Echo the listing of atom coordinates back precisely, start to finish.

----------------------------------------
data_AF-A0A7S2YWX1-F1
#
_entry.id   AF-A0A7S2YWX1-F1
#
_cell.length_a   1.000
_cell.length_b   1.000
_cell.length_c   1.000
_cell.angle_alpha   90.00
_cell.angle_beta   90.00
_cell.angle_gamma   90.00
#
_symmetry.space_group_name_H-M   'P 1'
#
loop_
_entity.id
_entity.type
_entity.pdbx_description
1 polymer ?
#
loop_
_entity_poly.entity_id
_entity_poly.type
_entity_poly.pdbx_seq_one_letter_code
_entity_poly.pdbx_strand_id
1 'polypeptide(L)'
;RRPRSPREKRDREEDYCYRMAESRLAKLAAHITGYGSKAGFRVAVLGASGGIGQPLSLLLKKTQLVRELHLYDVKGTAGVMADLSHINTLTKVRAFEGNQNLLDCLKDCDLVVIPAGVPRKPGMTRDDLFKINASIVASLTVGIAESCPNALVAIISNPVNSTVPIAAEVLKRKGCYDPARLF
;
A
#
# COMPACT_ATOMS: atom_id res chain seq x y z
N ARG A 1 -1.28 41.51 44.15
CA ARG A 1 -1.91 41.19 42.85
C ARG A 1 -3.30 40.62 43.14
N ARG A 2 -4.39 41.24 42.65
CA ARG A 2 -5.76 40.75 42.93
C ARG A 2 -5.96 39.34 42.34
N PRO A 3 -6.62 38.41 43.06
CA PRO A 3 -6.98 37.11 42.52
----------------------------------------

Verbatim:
data_AF-A0A7S2YWX1-F1
#
_entry.id   AF-A0A7S2YWX1-F1
#
_cell.length_a   1.000
_cell.length_b   1.000
_cell.length_c   1.000
_cell.angle_alpha   90.00
_cell.angle_beta   90.00
_cell.angle_gamma   90.00
#
_symmetry.space_group_name_H-M   'P 1'
#
loop_
_entity.id
_entity.type
_entity.pdbx_description
1 polymer ?
#
loop_
_entity_poly.entity_id
_entity_poly.type
_entity_poly.pdbx_seq_one_letter_code
_entity_poly.pdbx_strand_id
1 'polypeptide(L)'
;RRPRSPREKRDREEDYCYRMAESRLAKLAAHITGYGSKAGFRVAVLGASGGIGQPLSLLLKKTQLVRELHLYDVKGTAGVMADLSHINTLTKVRAFEGNQNLLDCLKDCDLVVIPAGVPRKPGMTRDDLFKINASIVASLTVGIAESCPNALVAIISNPVNSTVPIAAEVLKRKGCYDPARLF
;
A
#
# COMPACT_ATOMS: atom_id res chain seq x y z
N ARG A 1 -1.28 41.51 44.15
CA ARG A 1 -1.91 41.19 42.85
C ARG A 1 -3.30 40.62 43.14
N ARG A 2 -4.39 41.24 42.65
CA ARG A 2 -5.76 40.75 42.93
C ARG A 2 -5.96 39.34 42.34
N PRO A 3 -6.62 38.41 43.06
CA PRO A 3 -6.98 37.11 42.52